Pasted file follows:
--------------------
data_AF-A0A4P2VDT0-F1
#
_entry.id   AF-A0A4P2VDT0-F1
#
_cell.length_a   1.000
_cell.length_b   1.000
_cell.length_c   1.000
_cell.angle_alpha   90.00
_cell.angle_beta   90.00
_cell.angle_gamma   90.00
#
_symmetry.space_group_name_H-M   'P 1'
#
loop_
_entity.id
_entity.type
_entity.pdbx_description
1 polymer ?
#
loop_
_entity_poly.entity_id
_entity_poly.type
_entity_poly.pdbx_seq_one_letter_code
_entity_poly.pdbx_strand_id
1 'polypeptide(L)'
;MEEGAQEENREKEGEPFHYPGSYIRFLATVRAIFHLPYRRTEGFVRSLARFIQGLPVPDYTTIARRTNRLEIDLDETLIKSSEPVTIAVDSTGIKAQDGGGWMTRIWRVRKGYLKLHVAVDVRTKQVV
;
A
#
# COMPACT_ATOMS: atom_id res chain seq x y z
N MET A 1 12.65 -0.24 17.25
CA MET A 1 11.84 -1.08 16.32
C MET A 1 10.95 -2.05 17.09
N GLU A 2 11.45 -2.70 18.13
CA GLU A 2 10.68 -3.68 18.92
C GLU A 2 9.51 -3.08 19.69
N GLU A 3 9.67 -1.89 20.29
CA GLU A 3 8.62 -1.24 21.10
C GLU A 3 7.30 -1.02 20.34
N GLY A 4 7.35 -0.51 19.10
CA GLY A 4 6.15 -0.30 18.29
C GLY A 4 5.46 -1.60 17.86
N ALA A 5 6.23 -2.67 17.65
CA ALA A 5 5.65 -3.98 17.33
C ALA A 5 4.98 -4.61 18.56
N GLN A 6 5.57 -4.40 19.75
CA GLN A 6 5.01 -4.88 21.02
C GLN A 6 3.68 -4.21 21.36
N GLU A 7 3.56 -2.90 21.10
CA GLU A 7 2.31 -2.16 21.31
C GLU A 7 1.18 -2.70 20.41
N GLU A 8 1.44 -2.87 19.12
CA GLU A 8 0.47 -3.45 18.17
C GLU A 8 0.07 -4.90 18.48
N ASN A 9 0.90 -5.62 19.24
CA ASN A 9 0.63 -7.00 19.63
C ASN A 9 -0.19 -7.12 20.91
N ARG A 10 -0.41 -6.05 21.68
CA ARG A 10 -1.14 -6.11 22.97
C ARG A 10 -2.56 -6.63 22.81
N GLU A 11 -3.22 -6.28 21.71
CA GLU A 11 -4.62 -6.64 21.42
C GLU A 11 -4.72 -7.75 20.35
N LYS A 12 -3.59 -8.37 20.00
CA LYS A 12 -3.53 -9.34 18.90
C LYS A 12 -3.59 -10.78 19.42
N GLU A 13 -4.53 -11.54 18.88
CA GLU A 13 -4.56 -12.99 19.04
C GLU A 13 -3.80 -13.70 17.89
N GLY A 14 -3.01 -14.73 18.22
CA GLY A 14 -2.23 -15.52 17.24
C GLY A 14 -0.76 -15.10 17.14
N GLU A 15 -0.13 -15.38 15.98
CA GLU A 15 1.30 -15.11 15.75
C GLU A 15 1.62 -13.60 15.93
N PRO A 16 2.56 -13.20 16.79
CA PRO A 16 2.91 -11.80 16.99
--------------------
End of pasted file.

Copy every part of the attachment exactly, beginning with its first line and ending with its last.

data_AF-A0A4P2VDT0-F1
#
_entry.id   AF-A0A4P2VDT0-F1
#
_cell.length_a   1.000
_cell.length_b   1.000
_cell.length_c   1.000
_cell.angle_alpha   90.00
_cell.angle_beta   90.00
_cell.angle_gamma   90.00
#
_symmetry.space_group_name_H-M   'P 1'
#
loop_
_entity.id
_entity.type
_entity.pdbx_description
1 polymer ?
#
loop_
_entity_poly.entity_id
_entity_poly.type
_entity_poly.pdbx_seq_one_letter_code
_entity_poly.pdbx_strand_id
1 'polypeptide(L)'
;MEEGAQEENREKEGEPFHYPGSYIRFLATVRAIFHLPYRRTEGFVRSLARFIQGLPVPDYTTIARRTNRLEIDLDETLIKSSEPVTIAVDSTGIKAQDGGGWMTRIWRVRKGYLKLHVAVDVRTKQVV
;
A
#
# COMPACT_ATOMS: atom_id res chain seq x y z
N MET A 1 12.65 -0.24 17.25
CA MET A 1 11.84 -1.08 16.32
C MET A 1 10.95 -2.05 17.09
N GLU A 2 11.45 -2.70 18.13
CA GLU A 2 10.68 -3.68 18.92
C GLU A 2 9.51 -3.08 19.69
N GLU A 3 9.67 -1.89 20.29
CA GLU A 3 8.62 -1.24 21.10
C GLU A 3 7.30 -1.02 20.34
N GLY A 4 7.35 -0.51 19.10
CA GLY A 4 6.15 -0.30 18.29
C GLY A 4 5.46 -1.60 17.86
N ALA A 5 6.23 -2.67 17.65
CA ALA A 5 5.65 -3.98 17.33
C ALA A 5 4.98 -4.61 18.56
N GLN A 6 5.57 -4.40 19.75
CA GLN A 6 5.01 -4.88 21.02
C GLN A 6 3.68 -4.21 21.36
N GLU A 7 3.56 -2.90 21.10
CA GLU A 7 2.31 -2.16 21.31
C GLU A 7 1.18 -2.70 20.41
N GLU A 8 1.44 -2.87 19.12
CA GLU A 8 0.47 -3.45 18.17
C GLU A 8 0.07 -4.90 18.48
N ASN A 9 0.90 -5.62 19.24
CA ASN A 9 0.63 -7.00 19.63
C ASN A 9 -0.19 -7.12 20.91
N ARG A 10 -0.41 -6.05 21.68
CA ARG A 10 -1.14 -6.11 22.97
C ARG A 10 -2.56 -6.63 22.81
N GLU A 11 -3.22 -6.28 21.71
CA GLU A 11 -4.62 -6.64 21.42
C GLU A 11 -4.72 -7.75 20.35
N LYS A 12 -3.59 -8.37 20.00
CA LYS A 12 -3.53 -9.34 18.90
C LYS A 12 -3.59 -10.78 19.42
N GLU A 13 -4.53 -11.54 18.88
CA GLU A 13 -4.56 -12.99 19.04
C GLU A 13 -3.80 -13.70 17.89
N GLY A 14 -3.01 -14.73 18.22
CA GLY A 14 -2.23 -15.52 17.24
C GLY A 14 -0.76 -15.10 17.14
N GLU A 15 -0.13 -15.38 15.98
CA GLU A 15 1.30 -15.11 15.75
C GLU A 15 1.62 -13.60 15.93
N PRO A 16 2.56 -13.20 16.79
CA PRO A 16 2.91 -11.80 16.99